Taking on Roles

If the goal of the UGP was to teach me how to wobble then it succeeded. I definitely took on a challenge when i decided to create a photo-essay. Of course i chickened out of some parts (i.e. writing my own captions), but i don’t think that makes my essay any worse. In fact i think it adds a certain degree of grandeur and poignancy that i would like my touchstone beliefs to carry. I also made certain parts of the project harder and more interesting for myself, choosing to do cinemagraphs instead of static images was a choice that i was not thoroughly prepared to follow through on but am still excited to carry out.

One of the most difficult parts of the project for me has been trying to capture my words in images. I have visited many site about photo essays and viewed lists of tips and tricks. I’ve even looked at several lesson plans. For those interested they can be found here and here. I have always enjoyed looking at the behind-the-scenes planning that goes on behind everything and lesson plans are a unique perspective that can provide you with a lot of new knowledge and ideas. Despite all my research, i have never been a photographer and have had a terrific amount of trouble trying to put my words into images. I’ve had to go through several phases: first figuring out the best words to communicate my beliefs, then finding metaphors to translate those words into a universally understood form, then finding images to display those metaphors in photographic form. However i’m not done yet because now i have decided to use cinemagraphs i had to reimagine my images in a whole new light. I had to decide which elements should move, which ones i was trying to draw attention to, and which ones i wanted the reader to think about.

As i go through this process i am also thinking about how important it is to experience schoolwork from a students point of view. As teachers we ask students to do so much and take on so many tasks; mentally, physically, and time based, that require our students to put in a lot of creative and logical effort. We need to make sure that the assignments we give them make sense, are doable, actually provide our students with new information, or ideas to work with, that in doing the activities they gain new skills and strategies for future work. It is also important that as teachers we keep learning and growing. By constantly taking on the role of a student we better understand the lives of and demands that we put on our students everyday. Just like taking on the role of teacher as writer, as i have done with this blog, my UGP project, and my own writings, it is important that i continue to take on the role of a student as i progress down the path to becoming, and growing as a teacher.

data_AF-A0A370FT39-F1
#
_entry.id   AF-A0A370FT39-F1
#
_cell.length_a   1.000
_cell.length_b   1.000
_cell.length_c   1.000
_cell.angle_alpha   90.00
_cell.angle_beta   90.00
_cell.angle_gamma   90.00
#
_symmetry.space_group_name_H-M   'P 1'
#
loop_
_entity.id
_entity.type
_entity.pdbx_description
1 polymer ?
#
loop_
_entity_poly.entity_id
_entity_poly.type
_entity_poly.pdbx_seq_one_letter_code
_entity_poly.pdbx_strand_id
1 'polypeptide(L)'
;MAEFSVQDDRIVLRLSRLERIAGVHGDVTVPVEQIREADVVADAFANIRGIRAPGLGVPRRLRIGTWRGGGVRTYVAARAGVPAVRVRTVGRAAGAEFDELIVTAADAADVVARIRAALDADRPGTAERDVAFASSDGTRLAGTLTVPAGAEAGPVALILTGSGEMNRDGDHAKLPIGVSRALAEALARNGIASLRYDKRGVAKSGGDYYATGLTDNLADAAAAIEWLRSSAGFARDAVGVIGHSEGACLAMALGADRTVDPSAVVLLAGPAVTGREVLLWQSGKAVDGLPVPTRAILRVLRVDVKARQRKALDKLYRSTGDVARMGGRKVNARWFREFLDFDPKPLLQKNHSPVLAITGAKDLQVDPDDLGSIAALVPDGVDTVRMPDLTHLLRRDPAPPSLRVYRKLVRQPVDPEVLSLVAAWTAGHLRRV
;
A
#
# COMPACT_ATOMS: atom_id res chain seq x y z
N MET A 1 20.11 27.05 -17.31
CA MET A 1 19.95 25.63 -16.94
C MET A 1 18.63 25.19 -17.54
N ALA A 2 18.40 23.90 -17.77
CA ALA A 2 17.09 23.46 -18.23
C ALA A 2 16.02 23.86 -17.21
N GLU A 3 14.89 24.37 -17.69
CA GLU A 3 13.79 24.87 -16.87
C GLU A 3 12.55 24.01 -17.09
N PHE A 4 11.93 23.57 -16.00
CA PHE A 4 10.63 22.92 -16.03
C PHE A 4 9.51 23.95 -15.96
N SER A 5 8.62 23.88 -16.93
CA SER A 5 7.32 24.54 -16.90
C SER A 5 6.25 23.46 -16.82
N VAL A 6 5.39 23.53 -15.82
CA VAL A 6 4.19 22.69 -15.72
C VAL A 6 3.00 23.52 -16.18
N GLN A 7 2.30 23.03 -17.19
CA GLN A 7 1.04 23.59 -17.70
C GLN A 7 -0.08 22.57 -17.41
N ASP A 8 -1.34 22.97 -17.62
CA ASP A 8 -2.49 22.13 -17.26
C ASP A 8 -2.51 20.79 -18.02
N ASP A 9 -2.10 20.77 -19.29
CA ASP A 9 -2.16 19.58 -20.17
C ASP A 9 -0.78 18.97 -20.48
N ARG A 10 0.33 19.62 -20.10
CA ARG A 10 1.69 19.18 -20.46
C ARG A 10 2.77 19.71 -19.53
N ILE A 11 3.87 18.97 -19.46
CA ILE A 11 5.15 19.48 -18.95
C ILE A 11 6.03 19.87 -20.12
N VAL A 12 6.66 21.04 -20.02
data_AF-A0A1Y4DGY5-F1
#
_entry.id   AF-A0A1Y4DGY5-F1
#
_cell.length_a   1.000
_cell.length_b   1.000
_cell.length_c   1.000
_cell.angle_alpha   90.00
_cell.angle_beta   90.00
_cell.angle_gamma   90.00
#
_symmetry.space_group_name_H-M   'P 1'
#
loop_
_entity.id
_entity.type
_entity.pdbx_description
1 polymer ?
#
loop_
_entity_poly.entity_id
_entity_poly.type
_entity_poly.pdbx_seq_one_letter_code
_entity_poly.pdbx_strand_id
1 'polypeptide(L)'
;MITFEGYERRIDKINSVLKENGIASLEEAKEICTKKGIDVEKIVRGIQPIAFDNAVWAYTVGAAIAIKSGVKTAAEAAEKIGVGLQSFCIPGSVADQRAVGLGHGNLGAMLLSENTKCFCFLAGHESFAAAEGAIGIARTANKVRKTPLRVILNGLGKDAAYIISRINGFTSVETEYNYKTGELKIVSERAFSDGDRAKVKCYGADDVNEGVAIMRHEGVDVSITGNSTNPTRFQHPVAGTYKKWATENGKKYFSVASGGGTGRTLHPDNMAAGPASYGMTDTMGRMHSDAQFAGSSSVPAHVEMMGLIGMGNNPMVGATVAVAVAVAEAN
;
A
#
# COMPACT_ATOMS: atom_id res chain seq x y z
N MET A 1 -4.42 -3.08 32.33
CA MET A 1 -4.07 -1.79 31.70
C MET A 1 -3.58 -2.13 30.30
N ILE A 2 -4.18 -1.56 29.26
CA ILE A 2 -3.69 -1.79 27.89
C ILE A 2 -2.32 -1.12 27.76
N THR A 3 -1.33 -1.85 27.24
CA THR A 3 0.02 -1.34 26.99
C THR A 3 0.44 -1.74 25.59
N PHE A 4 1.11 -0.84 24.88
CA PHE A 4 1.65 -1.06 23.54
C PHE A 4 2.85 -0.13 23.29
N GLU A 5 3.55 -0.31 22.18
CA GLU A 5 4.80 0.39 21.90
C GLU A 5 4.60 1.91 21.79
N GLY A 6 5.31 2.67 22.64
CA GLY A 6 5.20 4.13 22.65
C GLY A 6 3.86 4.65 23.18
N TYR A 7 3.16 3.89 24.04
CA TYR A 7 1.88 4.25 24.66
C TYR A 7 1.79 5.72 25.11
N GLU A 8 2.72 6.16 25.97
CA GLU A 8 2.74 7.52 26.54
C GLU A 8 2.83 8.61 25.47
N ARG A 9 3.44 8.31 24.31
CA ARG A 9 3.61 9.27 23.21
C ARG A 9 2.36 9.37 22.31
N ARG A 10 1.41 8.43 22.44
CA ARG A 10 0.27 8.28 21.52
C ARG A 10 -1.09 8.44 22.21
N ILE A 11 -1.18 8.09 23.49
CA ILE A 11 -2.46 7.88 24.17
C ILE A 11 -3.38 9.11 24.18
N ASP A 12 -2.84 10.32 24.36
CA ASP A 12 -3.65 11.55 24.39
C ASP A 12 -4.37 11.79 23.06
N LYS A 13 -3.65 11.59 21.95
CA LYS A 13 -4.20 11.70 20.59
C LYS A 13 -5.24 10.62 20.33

2 thoughts on “Taking on Roles

  1. It is important to remember that success often comes from failure. I think that sometimes teachers forget this and become solely focused on the end triumph despite what obstacles may lie in the way. I really like how you have created a new viewpoint, learning to see struggle from the student’s point of view.
    Crossing styles, such as using pictures instead of words, is incredibly difficult, but it takes a higher level of understanding to bridge that gap. Bravo!


  2. Wow–you found some great resources that you’ll be able to use when (not if) you introduce your students to this genre. I hope you bookmarked them! They could be useful sooner than you think if you integrate them into materials for units, lesson plans, etc., in your future English Ed. classes.


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